One weekend I dropped my daughter off to her father. She had her overnight bag, the books she wanted to read, and her favorite stuffed animal. She was dressed like a typical eight year old with her jeans, t-shirt, and a ponytail that took great effort to accomplish. Straightening and restraining natural hair on an African American child is no small feat but it is an experience every mom takes pride in sharing with their daughter. Of course, when sending daughters overnight to their father, you have to have their hair completely done or very manageable so his unskilled hands do not result in your child looking crazy.
My daughter looked so precious as she kissed and hugged me good-bye before turning to grab her father’s hand and begin their weekend adventure. Not 72 hours later she returned, excited to see me. As she leaped into my arms, I took in everything. I could tell is she felt differently, if she was tired or her eyes didn’t look right, if she rushed to get dressed or if she had a soda on the train. Most noticeable was her scent. Something was off. Her hair was in the same ponytail, but it smelled different. It was not the flowery scent of shampoo. It was the distinct smell of lye as in a perm.
I immediately turned to her father and asked, “What did you put in her hair?” “Nothing,” he said. “Carla put a detangler in it.” I responded, “I smell perm! Why would you do that?” I was getting increasingly aggravated. My blood began to boil. Any further conversation would have been an argument in front of our daughter who was still trying to adjust to divorcing parents, so I just took my daughter and left.
I was hot! I pride myself on having natural hair, as does my daughter. To put chemicals that would permanently change its make-up was unacceptable. But that I could get over easier than getting over WHO put the chemicals in her hair. ‘Carla’ was his girlfriend. He had another woman put chemicals in my daughter’s natural hair. Furthermore, this woman was of a different ethnicity so she had no experience with my daughter’s type of hair. Eventually, her hair broke off from the damaging chemicals that were not properly applied, and the topic of another woman touching my daughter’s hair would be a point of contention for years to come.
I felt violated. How dare he have another woman put their hands on my daughters head, and with such a serious thing as to attempt to change its texture? A woman changing her hairstyle is an intimate and personal thing. You can tell how a woman is feeling and what is in her heart by looking at her head. He let his girlfriend into an intimate, mother-daughter area she should not have had access to. It was too soon. We were still separated. My daughter was still adjusting. I was still healing. Now there was more fuel on the failed marriage fire.
Recently, rapper Future, spoke in an interview about his frustration with his ex, singer Ciara. She was caught in a picture allowing her now boyfriend, Russell Wilson, to push her and Future’s son in a stroller. He, too, felt violated proclaiming, “Of course I wouldn’t want anyone to push my son. That’s like the number one rule.” He did not feel like she was with her boyfriend long enough to have him around his child and certainly, he should not be doing anything that appeared father-like. His sentiments immediately took me back to the smell of lye in my daughter’s hair and allowed me to, finally, gain wisdom from the situation.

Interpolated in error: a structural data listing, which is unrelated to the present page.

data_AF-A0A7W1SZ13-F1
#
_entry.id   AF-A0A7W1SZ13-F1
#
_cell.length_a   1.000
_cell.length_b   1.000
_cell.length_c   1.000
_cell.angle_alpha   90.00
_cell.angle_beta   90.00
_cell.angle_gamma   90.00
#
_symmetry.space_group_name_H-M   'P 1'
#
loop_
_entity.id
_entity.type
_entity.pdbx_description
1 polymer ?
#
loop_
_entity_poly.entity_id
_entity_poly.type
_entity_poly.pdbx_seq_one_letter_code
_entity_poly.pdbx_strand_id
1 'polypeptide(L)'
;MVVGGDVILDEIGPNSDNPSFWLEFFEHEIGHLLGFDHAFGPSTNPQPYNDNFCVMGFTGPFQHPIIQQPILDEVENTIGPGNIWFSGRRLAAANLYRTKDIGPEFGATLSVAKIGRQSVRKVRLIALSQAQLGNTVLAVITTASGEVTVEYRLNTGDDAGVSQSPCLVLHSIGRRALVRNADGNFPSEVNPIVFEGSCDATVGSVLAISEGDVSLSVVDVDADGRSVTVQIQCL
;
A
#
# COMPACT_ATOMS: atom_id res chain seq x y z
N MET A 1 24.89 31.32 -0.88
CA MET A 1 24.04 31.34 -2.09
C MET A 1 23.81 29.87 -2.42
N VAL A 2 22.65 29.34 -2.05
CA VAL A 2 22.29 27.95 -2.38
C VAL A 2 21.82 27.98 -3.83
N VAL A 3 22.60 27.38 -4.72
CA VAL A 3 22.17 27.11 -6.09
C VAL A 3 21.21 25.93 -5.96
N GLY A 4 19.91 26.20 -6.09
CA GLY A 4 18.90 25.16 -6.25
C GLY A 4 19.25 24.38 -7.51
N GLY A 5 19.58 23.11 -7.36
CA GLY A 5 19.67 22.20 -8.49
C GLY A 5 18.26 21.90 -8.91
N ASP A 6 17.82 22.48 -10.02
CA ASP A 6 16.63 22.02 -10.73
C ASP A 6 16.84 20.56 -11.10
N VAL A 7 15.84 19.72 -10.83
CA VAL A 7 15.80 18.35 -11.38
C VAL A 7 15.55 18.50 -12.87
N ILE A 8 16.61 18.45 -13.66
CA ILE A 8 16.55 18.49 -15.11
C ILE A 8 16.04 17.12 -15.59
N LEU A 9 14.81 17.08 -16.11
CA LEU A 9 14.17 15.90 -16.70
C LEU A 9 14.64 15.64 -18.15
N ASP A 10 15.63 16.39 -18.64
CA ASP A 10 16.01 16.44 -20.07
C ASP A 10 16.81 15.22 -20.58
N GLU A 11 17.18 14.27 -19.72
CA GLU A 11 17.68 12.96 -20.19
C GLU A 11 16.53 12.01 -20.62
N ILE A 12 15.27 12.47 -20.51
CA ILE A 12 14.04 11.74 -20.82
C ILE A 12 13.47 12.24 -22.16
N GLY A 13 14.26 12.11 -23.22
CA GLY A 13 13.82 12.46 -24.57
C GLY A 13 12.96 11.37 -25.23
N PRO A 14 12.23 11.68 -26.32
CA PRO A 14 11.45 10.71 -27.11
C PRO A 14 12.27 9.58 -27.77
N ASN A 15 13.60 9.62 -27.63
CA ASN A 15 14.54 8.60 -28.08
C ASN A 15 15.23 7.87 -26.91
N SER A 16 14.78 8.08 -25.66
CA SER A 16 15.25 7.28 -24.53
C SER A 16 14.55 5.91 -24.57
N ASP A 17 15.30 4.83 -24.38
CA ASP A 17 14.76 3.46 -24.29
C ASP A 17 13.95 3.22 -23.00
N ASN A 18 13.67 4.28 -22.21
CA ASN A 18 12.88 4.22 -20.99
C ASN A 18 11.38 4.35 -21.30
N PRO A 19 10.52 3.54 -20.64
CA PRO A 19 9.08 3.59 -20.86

My daughter is now 16. She has transitioned from natural to perm back to natural again. She has had brown hair, blue hair, and green hair. On this side of divorce, I now realize the anger around my perceived violation was rooted in my hurt over a failed marriage and unrealized commitment. You see, no one takes vows, taking him as yours and you as his, without a clear belief of possession becoming engrained in the heart and mind. That was my man. That was my daughter. For some unauthorized personnel to think they can enter that sacred realm was ridiculous. For my former significant other to allow it to happen or even facilitate it was a direct violation to who I still saw myself to be and, furthermore, was disrespectful.
While we do need to be mindful of how soon we introduce others to our children, allow others in their space, and include newbies in family activities, when a marriage or relationship ends, we have to face reality. Our former significant other will not be single forever. They may not make the decisions we want or we could have influenced if still together. When our children visit their father’s home, we have no control over what happens inside. None. We can protest. We can try to court order. We can text our children 400 times a night to try and keep tabs. We can even pick a fight with the other woman and try to put her in her place. At the end of the day, none of that will get us what we want. We will not be in control of everything and moving forward is challenged. Plus, let’s be honest, fighting your ex’s new woman is not becoming of a Sexy Mom.
Through the pain, hurt, and disappointment, you must exhibit the social and emotional skills of an adult. Adults negotiate. Adults are capable of coexisting with people they would rather not share space with. Adults are in control enough to choose the well-being of their child over the momentary satisfaction of conflict or vengeance with an ex. Your peace is not negotiable. Your child’s peace and security are not negotiable. You must do everything in your power to create a safe and secure emotional as well as physical environment for your child. An angry, bitter mom will cause a father to shut down communication. Communication is the very tool you need to make sure you know what is happening and who it is happening with when you are not around. Future is going to have to get over it and work together to create a new reality just like I did and just like every other separated or divorced parent. It is frustrating, yes; but necessary.